Patriots’ wrestlers leave state battered, but better
February 19, 2013
By Sebastian Moraga
Her face was caked in sweat, her shoulders had mat burns and her nostrils were leaking red. And yet, Joanna Moreira could not stop smiling.
The Liberty High School wrestler had just defeated Angelica Vaschenko, from Franklin Pierce High School, in the second round of consolation at the state tourney in Tacoma. The win, a 12-8 tussle of wills, assured that the 137-pound Patriot from São Paulo, Brazil, would finish better at state than in 2012.
“This is a big accomplishment,” she said. “I wanted to be better than I was last year.”
In 2012, a freshman Moreira had lost in the second round of consolation. This year, she finished eighth. A week earlier, she had finished third at regionals in Sedro-Woolley, improving her 2012 performance by one spot.
“I would love to come off every match and say I did my best,” she said after regionals. “I would love to place at state this year.”
No wonder she was smiling under the bright lights of the Tacoma Dome, then.
As her nose would attest, the road to the podium in Tacoma was not without its bumps. Moreira started the tourney by beating Centralia’s Jenna Gillaspie, 10-5. She then lost to eventual fourth-place finisher Juliana Trujillo, of Lakeside, by pin in the first.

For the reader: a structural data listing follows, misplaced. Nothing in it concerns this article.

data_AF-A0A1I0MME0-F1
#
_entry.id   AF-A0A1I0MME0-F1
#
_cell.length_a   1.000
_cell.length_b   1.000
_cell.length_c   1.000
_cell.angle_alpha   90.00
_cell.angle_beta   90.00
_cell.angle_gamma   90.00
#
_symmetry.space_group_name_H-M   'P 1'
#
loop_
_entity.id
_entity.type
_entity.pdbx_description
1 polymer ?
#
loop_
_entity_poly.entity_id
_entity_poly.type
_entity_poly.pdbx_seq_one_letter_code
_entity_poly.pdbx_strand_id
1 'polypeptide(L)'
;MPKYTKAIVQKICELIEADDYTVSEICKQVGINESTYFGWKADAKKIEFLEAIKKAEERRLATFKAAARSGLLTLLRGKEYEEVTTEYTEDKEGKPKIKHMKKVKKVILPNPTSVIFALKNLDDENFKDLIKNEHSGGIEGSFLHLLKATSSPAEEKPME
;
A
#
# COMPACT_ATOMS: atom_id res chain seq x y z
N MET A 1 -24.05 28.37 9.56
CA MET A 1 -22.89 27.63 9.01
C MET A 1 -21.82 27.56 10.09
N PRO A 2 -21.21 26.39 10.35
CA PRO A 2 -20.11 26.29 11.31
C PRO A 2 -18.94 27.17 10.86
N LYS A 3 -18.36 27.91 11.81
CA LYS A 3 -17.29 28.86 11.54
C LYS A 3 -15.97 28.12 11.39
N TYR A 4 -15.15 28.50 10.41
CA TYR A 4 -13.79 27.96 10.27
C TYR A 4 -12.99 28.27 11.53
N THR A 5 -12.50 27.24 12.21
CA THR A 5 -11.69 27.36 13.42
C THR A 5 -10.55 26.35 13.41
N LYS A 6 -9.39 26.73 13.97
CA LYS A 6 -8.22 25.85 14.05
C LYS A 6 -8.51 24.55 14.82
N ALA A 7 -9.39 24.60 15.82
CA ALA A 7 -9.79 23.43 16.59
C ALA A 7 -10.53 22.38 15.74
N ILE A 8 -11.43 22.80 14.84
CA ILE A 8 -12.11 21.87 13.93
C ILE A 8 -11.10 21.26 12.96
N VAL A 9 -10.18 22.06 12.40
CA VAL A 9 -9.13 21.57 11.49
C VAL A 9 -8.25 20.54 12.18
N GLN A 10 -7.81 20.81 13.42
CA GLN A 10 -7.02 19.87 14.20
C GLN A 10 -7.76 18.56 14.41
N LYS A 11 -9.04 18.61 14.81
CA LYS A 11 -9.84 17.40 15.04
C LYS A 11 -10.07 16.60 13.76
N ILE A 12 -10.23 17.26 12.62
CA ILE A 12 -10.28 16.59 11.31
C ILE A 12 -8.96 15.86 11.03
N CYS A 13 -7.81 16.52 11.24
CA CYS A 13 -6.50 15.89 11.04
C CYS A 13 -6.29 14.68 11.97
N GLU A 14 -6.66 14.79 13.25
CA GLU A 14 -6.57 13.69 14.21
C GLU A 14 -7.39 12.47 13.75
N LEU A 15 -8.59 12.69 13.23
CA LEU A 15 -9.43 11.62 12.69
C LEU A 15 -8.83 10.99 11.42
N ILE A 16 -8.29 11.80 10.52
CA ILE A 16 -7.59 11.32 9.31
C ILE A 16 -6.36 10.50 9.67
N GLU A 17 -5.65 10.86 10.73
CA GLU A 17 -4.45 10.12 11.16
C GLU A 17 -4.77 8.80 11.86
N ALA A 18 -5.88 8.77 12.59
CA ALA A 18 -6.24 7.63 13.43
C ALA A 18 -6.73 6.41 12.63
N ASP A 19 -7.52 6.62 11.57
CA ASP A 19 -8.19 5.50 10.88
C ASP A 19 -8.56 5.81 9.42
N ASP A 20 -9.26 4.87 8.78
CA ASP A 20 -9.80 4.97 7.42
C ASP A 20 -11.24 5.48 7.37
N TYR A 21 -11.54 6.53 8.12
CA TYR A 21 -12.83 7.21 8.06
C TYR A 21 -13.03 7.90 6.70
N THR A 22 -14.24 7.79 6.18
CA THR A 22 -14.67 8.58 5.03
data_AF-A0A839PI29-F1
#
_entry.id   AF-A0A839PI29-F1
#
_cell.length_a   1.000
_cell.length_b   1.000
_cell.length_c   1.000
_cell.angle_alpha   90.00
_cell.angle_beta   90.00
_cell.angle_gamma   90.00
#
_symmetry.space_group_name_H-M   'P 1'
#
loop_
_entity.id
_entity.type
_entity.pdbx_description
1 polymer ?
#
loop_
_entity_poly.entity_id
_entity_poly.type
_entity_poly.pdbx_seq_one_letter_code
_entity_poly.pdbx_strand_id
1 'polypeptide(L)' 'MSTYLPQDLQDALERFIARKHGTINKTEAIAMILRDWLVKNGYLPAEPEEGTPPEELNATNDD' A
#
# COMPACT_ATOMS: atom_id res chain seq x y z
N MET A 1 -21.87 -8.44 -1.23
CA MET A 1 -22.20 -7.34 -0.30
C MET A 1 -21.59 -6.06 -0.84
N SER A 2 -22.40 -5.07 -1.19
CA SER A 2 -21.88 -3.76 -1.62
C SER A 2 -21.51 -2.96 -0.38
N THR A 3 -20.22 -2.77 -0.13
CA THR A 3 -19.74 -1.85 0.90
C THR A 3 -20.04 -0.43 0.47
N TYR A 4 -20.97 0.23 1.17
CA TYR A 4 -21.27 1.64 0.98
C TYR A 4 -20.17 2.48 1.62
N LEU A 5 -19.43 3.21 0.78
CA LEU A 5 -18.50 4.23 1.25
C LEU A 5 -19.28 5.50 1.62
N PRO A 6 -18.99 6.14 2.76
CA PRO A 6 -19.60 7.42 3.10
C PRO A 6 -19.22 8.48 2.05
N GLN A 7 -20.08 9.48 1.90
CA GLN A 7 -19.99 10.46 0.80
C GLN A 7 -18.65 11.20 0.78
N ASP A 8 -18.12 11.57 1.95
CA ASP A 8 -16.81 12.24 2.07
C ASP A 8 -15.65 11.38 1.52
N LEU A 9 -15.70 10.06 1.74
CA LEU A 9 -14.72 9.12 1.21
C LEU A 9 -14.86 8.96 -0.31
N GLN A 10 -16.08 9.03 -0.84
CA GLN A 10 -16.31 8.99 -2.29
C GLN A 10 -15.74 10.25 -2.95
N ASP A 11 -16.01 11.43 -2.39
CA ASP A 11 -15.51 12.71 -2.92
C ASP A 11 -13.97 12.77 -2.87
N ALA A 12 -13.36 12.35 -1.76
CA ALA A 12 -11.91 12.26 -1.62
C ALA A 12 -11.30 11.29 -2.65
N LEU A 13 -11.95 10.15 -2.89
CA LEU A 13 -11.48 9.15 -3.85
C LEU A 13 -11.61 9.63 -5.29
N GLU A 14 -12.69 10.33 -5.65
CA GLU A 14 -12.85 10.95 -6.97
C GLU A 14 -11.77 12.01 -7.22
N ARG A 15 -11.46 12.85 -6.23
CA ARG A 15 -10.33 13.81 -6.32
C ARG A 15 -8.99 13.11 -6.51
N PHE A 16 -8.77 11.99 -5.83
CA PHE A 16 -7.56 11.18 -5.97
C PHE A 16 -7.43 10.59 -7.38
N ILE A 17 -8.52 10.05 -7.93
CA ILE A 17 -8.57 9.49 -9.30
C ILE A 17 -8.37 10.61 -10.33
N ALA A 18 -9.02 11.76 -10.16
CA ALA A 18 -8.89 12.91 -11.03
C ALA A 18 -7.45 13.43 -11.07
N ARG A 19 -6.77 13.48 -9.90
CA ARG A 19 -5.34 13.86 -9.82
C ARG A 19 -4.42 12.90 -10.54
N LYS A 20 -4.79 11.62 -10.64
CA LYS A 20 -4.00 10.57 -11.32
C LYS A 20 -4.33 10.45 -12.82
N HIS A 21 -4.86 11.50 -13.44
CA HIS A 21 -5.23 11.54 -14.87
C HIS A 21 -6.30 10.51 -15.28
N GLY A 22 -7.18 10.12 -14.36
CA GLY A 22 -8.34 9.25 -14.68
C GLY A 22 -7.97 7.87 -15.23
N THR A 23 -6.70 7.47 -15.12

After Moreira defeated Vaschenko, she lost to eventual fifth-place finisher Jamilah Ahmath, of Rochester, in the third round of consolation, 4-2, and lost to Warden’s Alexys Jolley by pin in the third, during the match for seventh place.
Moreira was not the only Patriot feeling rather satisfied with her, or his, performance at state. Conner Small, wrestling at 152 pounds, finished fifth.
“I think I went out there with more aggression,” Small said after his defeat of Jacob Elledge, of Glacier Peak, hours after a painful 5-1 loss to Stanwood’s Zach Schut had sent Small to the consolation bracket.
“I was intimidated by him,” Small said of Schut. “I knew he was big. He was a senior and all that stuff. I went out there with intimidation, which I probably should not have.”
The intimidation factor was gone, Small said, when he met Schut again, in the fifth-place match. Small said his coaches and his dad helped him stay focused when facing Schut again.
“I wrestled my hardest and got the outcome that I worked all year for, and I owe a huge thank-you to my coaches, friends and family,” he wrote in an email Feb. 17.
Small won 6-3. His win closed the book on a tough but promising campaign for Liberty wrestling.
“It was a long year,” head coach Manny Brown said days prior to the state tournament. “We lost some of our wrestlers to injuries before we even started. We lost some senior leadership with some wrestlers who did not finish out the year. It was a long year, but we are going to learn from it.”